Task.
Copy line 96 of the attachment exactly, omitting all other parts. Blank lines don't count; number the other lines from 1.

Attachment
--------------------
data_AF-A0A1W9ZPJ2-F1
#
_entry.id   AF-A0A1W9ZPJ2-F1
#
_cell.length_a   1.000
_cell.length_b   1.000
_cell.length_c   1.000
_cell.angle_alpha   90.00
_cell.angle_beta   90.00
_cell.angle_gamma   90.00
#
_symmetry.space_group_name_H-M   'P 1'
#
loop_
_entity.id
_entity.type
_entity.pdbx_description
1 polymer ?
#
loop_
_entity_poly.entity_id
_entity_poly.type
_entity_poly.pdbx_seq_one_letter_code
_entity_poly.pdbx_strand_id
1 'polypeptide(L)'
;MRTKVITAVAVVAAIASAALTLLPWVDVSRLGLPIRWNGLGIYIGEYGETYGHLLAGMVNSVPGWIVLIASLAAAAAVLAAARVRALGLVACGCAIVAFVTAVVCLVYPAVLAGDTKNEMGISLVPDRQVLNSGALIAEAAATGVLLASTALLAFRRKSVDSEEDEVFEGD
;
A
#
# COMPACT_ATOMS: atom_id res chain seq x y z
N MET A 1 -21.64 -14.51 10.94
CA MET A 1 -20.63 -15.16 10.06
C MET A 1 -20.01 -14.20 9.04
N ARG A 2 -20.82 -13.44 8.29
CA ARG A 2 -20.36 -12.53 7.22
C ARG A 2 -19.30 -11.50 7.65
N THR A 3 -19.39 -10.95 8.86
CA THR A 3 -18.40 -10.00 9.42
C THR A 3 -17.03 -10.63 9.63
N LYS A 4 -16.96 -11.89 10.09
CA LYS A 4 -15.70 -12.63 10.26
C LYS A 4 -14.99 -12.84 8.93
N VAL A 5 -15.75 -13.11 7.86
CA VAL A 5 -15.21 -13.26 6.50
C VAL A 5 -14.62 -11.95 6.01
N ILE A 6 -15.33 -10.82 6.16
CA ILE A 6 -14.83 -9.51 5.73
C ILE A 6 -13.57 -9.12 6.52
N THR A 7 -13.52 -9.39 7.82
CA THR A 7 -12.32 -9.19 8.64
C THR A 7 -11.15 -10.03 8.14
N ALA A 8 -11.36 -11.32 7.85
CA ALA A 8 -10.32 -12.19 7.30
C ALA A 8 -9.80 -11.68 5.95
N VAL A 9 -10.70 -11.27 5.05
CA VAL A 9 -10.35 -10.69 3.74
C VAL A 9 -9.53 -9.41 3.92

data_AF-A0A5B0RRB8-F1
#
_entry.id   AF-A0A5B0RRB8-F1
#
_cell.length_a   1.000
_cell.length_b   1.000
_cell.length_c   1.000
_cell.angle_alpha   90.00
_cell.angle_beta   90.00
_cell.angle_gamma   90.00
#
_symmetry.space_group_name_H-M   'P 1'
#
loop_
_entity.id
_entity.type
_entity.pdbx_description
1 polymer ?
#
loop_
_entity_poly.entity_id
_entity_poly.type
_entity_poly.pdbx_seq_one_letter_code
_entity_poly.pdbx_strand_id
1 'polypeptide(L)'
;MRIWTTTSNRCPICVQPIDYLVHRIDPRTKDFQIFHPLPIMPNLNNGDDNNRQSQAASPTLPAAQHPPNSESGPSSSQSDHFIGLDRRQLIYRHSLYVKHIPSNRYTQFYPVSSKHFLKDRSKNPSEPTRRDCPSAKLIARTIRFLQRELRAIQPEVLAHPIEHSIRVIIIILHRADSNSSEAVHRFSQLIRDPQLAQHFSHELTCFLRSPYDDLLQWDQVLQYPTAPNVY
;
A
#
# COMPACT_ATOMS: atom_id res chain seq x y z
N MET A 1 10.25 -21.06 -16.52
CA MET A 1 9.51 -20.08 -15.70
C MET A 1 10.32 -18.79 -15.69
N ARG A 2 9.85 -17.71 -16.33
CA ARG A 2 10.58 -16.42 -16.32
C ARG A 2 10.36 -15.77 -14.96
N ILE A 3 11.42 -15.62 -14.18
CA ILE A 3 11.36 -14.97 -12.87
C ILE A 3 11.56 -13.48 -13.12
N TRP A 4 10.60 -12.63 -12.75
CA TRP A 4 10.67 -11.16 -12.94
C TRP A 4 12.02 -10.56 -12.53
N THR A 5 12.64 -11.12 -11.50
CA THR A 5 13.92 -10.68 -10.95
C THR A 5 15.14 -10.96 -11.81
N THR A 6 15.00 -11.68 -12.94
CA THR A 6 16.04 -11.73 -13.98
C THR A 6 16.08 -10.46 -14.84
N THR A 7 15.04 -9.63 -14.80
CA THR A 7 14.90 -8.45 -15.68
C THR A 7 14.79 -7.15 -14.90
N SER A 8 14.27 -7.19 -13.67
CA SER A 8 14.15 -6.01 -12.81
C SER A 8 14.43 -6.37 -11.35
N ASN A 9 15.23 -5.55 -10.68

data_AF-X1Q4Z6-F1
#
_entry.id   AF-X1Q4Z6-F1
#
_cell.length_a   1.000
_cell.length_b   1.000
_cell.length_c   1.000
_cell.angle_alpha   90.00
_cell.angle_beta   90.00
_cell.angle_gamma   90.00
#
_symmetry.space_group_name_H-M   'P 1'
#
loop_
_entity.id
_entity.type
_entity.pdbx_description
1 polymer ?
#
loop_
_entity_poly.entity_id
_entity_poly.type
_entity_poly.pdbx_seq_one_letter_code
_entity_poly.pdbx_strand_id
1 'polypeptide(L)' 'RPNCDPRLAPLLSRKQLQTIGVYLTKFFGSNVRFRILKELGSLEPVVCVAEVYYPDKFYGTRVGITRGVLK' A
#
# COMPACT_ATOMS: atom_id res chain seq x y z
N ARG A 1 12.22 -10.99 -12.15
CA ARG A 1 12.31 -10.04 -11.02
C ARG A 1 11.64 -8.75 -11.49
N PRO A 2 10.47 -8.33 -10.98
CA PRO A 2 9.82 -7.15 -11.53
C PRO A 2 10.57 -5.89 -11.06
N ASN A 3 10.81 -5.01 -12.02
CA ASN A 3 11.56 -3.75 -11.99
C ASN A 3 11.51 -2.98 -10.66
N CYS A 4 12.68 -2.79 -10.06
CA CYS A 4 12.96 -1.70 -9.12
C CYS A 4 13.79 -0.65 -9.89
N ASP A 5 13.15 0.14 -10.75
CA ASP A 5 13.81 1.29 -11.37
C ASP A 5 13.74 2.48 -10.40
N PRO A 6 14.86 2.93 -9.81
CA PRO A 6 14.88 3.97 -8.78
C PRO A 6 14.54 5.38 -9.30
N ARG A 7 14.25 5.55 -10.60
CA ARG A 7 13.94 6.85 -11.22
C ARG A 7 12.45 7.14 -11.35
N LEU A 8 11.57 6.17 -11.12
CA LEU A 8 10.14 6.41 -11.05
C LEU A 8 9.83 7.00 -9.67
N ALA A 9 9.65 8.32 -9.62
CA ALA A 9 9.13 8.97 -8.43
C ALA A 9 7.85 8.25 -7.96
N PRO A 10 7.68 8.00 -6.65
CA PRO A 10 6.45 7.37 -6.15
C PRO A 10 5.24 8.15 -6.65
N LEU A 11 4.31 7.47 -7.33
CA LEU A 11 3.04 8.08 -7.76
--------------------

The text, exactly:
C ILE A 3 11.56 -13.48 -13.12